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CLASSICAL TYPOLOGIES

 

1. Without doubt, the most influential system of classification was that devised by Aristotle in the fourth century BCE, which was based on his analysis of the 158 Greek city states then in existence. This system dominated thinking on the subject for roughly the next 2500 years. Aristotle held that governments could be categorized on the basis of two questions: «who rules? » and «who benefits from rule? ». Government, he believed, could be placed in the hands of a single individual, a small group, or the many. In each case, however, government could be conducted either in the selfish interests of the rulers or for the benefit of the entire community.

2. Aristotle’s purpose was to evaluate forms of government on normative grounds in the hope of identifying the ‘ideal’ constitution. In his view, tyranny, oligarchy and democracy were all debased or perverted forms of rule in which a single person, a small group and the masses, respectively, governed in their own interests and therefore at the expense of others.

In contrast, monarchy, aristocracy and polity were to be preferred, because in these forms of government the individual, small group and the masses, respectively, governed in the interests of all. Aristotle declared tyranny to be the worst of all possible constitutions, as it reduced citizens to the status of slaves. Monarchy and aristocracy were, on the other hand, impractical, because they were based on a God-like willingness to place the good of the community before the rulers’ own interests. Polity (rule by the many in the interests of all) was accepted as the most practicable of constitutions. Nevertheless, in a tradition that endured through to the twentieth century, Aristotle criticized popular rule on the grounds that the masses would resent the wealth of the few, and too easily fall under the sway of a demagogue. He therefore advocated a ‘mixed’ constitution that combined elements of both democracy and oligarchy, and left the government in the hands of the ‘middle classes’, those who were neither rich nor poor.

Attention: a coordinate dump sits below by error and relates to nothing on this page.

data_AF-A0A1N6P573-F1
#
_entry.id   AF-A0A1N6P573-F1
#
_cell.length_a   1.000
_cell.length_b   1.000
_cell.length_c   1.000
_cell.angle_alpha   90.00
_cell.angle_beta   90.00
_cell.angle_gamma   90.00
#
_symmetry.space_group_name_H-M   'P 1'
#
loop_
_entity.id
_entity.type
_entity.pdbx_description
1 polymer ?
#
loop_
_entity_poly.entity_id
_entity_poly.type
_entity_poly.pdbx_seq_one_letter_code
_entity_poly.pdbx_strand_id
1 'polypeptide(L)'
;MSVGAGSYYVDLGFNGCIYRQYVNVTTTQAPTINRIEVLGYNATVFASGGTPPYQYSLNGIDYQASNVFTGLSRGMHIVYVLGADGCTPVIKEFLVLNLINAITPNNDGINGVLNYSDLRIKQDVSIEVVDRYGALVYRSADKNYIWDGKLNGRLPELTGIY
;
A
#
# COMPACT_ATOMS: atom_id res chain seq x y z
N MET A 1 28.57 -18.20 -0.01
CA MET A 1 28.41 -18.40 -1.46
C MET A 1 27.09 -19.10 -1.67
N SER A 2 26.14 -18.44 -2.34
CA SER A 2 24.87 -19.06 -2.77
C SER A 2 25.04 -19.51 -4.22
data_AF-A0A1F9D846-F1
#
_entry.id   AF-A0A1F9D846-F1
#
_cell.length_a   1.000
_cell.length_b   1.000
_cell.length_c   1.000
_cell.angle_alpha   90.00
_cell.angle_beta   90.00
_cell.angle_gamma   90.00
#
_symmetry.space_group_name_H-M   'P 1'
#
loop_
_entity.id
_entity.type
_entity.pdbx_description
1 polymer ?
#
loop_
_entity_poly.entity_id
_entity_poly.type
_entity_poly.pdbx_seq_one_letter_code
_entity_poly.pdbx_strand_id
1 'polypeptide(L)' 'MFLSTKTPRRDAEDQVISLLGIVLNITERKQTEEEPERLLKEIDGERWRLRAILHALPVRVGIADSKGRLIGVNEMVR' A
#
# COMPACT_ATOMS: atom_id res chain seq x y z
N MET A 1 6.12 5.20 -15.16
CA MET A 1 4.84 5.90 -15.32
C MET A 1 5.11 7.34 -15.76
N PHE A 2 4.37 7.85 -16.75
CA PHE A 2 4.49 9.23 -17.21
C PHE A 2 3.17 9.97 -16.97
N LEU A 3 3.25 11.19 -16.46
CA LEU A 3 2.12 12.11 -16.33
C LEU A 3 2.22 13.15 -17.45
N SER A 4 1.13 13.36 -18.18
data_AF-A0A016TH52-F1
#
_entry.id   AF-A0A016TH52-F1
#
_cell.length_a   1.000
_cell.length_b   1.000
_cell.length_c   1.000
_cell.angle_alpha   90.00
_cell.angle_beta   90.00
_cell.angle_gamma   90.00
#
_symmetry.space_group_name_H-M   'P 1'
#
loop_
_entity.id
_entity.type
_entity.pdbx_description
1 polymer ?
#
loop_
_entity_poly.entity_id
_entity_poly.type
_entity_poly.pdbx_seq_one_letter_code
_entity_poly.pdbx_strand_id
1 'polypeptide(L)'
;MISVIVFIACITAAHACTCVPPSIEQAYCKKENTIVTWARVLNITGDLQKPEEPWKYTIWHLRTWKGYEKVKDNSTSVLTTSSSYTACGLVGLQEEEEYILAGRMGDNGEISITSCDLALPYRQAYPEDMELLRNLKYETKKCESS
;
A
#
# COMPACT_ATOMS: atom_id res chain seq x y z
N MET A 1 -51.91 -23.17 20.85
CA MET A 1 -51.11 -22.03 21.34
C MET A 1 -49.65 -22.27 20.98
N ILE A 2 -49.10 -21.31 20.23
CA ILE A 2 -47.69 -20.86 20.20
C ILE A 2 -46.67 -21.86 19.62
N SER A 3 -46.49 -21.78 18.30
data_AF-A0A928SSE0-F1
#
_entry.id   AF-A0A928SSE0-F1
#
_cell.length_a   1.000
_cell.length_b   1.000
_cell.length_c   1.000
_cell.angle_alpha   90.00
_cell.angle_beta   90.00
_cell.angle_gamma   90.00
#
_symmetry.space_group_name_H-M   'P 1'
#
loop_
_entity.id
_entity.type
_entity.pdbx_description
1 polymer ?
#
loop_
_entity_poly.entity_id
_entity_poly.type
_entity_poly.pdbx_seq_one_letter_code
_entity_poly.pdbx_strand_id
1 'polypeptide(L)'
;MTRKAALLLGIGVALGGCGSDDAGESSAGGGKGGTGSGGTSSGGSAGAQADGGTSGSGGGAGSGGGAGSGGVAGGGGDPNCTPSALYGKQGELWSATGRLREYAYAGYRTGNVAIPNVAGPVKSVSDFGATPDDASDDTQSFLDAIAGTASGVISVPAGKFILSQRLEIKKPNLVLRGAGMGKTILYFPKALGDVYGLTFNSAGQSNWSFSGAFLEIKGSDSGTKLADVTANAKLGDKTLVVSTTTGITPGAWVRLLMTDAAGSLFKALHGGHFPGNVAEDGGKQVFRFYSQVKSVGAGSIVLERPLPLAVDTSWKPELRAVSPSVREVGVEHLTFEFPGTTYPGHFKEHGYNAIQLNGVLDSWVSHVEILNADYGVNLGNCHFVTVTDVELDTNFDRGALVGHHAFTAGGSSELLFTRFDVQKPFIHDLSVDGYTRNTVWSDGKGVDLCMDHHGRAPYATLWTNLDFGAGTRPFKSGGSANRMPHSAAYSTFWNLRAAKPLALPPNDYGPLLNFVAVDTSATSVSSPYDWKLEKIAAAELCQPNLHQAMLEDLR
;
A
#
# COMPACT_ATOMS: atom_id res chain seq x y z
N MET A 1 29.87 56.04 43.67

3. The Aristotelian system was later developed by thinkers such as Thomas Hobbes and Jean Bodin (1530—96). Their particular concern was with the principle of sovereignty viewed as the basis for all stable political regimes. Sovereignty was taken to mean the ‘most high and perpetual’ power, a power which alone could guarantee orderly rule.

4. These ideas were later revised by early liberals such as John Locke and Montesquieu, who championed the cause of constitutional government. In his epic The Spirit of the Laws ([1734] 1949), Montesquieu attempted to develop a ‘scientific’ study of human society, designed to uncover the constitutional circumstances that would best protect individual liberty. A severe critic of absolutism and an admirer of the English parliamentary tradition, he proposed a system of checks and balances in the form of a ‘separation of powers’ between the executive, legislative and judicial institutions. This principle was incorporated into the US constitution (1787), and it later came to be seen as one of the defining features of liberal democratic government.